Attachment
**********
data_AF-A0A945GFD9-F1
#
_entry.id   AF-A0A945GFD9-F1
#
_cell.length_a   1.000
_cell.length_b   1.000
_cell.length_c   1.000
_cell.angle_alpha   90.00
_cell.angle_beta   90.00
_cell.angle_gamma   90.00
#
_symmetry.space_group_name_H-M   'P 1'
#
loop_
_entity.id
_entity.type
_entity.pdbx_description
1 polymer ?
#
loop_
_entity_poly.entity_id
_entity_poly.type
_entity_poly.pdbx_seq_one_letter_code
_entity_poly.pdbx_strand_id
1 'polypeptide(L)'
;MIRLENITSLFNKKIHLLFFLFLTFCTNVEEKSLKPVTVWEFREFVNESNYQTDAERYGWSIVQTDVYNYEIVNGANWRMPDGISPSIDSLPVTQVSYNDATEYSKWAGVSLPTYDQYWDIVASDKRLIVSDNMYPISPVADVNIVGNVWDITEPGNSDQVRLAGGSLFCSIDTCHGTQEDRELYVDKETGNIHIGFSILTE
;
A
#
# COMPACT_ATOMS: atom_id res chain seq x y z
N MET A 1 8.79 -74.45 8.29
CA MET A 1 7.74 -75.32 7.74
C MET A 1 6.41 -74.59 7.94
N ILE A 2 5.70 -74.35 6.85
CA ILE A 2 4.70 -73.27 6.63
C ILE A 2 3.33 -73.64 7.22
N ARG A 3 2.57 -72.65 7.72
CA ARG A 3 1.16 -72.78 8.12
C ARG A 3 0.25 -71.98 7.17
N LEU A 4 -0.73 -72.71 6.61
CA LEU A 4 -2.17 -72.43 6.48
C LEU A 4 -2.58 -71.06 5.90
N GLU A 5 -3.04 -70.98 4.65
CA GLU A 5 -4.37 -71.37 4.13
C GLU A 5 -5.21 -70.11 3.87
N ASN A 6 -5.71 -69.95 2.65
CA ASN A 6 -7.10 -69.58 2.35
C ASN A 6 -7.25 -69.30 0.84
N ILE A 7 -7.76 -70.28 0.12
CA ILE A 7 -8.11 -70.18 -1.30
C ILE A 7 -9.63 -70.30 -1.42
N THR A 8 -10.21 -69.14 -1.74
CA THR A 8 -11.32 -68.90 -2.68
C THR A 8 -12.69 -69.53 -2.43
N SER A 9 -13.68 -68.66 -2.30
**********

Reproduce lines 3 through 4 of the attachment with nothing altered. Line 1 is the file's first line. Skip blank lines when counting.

_entry.id   AF-A0A945GFD9-F1
#